Those crossovers had a purpose that was clearly at odds with the one Snyder was setting up in Batman proper. Each of the writers needed to make the Joker’s threat unique to the individual character. The Joker taunts Damian with his failures as a sidekick and as a hero. The Joker forces Dick to come to terms with the way he uses people to separate himself from the man he is behind the mask. The Joker makes Barbara acknowledge her relationship to the Gordon family, no matter how twisted the roots of the tree are. While some of these stories undoubtedly worked, the theme of Death of the Family was, according to Snyder, meant to be the family Bruce has constructed.

batgirl15p2-31100But that’s also sort of the problem. Death of the Family was thematically all over the place. Is Batman meant to be the King of Gotham? Does Joker feel like Batman’s lover or son? Why is such an importance placed on Batman’s relationship with James Gordon? What was the need to recreate the pair’s earliest encounters? The theme I picked up on the most clearly through Death of the Family was meant to be the relationship between Joker and Batman but it’s never made concrete. Snyder went with the Frank Miller’s description of the Joker as a homophobic nightmare but there was no teeth. Joker consistently played up the connection Alan Moore originally made about the two characters in The Killing Joke, the idea that at some level, Batman and the Joker are going to be doing this forever but after all, they’re both still human. It’s much harder to see Joker split up Batman’s family when the first four issues of the event seem to write the villain as the sidekicks’ new stepmom.

Which leads us to the finale in Batman #17. The chips are down, dinner is served and it’s time for the denouement but what is it meant to be honestly. Reading through issue #17, I was consistently reminded of the rightfully much maligned “Ocean’s Twelve,” a movie that commits one of the most memorable examples of trying desperately to keep the audience sense of disbelief but more importantly, a movie that depends on lies. The issue and the story-line as a whole climaxes with two characters bluffing. Are we supposed to believe either one of them? What power does the Joker have if each of his lines goes back against itself endlessly? He doesn’t seem enigmatic, joking or even interesting; it all just seems like bullshit.

Batman_17_PanelIn a post-mortem interview, Snyder stresses that the conclusion of Death of the Family leaves Bruce’s support network in tatters. Trusts have been betrayed. The characters have been tortured. Batman has won a seemingly hollow victory against an unstoppable force. It’s just really hard to see it that way. As Batman pursues the Joker in the final issue, he shares a moment with Nightwing that says so much about both characters but it doesn’t feel like anything has changed. Dick will never really leave Bruce. Barbara will never give up the cowl. Damian will never give up on his father (and as readers may have seen in the exceptional Batman and Robin #17, he may be satisfied with what he’s been through).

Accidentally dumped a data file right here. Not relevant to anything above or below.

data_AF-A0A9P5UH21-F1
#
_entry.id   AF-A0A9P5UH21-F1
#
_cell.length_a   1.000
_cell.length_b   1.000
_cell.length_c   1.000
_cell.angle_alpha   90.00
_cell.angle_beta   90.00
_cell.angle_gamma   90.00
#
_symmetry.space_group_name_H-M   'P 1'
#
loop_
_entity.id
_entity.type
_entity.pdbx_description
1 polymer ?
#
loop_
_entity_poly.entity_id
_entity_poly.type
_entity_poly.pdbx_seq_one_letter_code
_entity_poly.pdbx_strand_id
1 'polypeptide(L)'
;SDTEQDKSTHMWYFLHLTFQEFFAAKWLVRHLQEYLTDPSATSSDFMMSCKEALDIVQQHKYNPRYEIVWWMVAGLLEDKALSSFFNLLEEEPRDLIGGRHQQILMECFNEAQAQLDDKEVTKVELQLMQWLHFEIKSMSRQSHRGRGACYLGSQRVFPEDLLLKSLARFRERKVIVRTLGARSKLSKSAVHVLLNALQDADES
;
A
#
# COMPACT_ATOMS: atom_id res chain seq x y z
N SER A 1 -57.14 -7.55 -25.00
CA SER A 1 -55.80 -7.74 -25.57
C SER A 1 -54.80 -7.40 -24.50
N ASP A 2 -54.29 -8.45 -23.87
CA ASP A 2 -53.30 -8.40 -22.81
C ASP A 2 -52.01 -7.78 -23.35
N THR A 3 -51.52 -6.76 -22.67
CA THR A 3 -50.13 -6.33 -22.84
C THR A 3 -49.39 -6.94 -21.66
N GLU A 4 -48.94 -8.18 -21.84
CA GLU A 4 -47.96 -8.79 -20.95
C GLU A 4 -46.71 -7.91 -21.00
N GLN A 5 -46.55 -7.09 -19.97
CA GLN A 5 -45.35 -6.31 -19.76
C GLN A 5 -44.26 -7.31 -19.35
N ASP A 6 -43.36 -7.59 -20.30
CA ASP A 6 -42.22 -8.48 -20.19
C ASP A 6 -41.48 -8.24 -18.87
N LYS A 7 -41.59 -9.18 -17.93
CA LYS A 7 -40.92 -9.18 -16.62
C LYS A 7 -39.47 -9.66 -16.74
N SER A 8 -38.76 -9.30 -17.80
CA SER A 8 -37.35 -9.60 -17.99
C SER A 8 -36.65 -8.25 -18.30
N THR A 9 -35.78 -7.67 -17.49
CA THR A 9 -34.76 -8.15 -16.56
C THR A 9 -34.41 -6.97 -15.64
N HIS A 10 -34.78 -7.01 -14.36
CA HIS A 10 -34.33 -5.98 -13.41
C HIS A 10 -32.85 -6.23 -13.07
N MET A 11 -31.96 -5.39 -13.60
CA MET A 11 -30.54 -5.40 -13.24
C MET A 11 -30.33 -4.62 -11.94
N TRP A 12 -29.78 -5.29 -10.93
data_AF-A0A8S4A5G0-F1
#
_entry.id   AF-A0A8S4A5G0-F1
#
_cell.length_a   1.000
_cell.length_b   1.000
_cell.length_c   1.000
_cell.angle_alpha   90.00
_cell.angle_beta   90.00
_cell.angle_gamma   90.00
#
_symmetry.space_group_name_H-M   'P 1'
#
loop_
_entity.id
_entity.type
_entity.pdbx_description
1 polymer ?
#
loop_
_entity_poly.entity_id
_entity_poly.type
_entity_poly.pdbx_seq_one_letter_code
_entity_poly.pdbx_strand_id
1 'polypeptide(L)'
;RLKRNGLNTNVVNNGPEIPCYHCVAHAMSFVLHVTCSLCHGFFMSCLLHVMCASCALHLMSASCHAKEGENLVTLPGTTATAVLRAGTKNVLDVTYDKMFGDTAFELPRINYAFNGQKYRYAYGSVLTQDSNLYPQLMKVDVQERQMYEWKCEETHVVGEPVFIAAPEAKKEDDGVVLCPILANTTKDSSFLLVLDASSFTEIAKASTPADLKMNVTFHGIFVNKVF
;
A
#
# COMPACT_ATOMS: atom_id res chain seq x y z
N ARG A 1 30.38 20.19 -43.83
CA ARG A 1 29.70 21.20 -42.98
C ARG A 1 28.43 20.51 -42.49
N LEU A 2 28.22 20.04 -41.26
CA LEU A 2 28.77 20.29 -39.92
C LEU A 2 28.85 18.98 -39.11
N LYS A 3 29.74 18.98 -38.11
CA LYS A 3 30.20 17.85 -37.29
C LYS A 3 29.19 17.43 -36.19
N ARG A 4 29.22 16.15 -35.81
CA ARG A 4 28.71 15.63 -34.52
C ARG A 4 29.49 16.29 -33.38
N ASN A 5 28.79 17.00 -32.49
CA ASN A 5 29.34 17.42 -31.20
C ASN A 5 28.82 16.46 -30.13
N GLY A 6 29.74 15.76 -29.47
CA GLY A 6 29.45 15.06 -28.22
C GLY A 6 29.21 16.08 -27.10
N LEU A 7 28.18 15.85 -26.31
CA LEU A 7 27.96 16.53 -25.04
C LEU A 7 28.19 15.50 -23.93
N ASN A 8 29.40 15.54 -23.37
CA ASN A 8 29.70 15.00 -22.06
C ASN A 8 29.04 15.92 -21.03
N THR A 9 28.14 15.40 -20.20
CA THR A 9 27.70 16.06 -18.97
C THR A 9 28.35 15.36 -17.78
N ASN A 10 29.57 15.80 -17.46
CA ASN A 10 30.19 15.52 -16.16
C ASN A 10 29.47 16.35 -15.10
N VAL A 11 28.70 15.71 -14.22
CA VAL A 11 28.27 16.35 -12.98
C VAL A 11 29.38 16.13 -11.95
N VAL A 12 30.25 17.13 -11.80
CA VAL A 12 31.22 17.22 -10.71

What I’ve seen is another in an endless series of stop-gaps, another problem that will need to be solved before the next omni-event begins. This is DC at it’s worst and it’s a problem they’ve been pushing since the beginning of the New 52, which is plot always and endlessly above character. In a world where it could have been compressed into a shorter, smaller more well focused story, Death of the Family could have worked instead of extending itself across titles and themes in a way that felt inauthentic to every character it touched.

What if Bizarro took on Etrigan: 8 characters to bet on seeing in “Injustice: Gods Among Men”

“Mortal Kombat” developers NetherRealm Studios just showed off the first gameplay footage of their new fighting game, “Injustice: Gods Among Men,” a tournament brawler starring the heroes and villains of the DC universe. The original announcement of the game was greeted by mild excitement from fans but the recent gameplay footage has me worried. The game appears to be a bit too casual for hardcore fighting game fans like myself but does feature the heroes and villains that could make for an engaging and deep fighting game.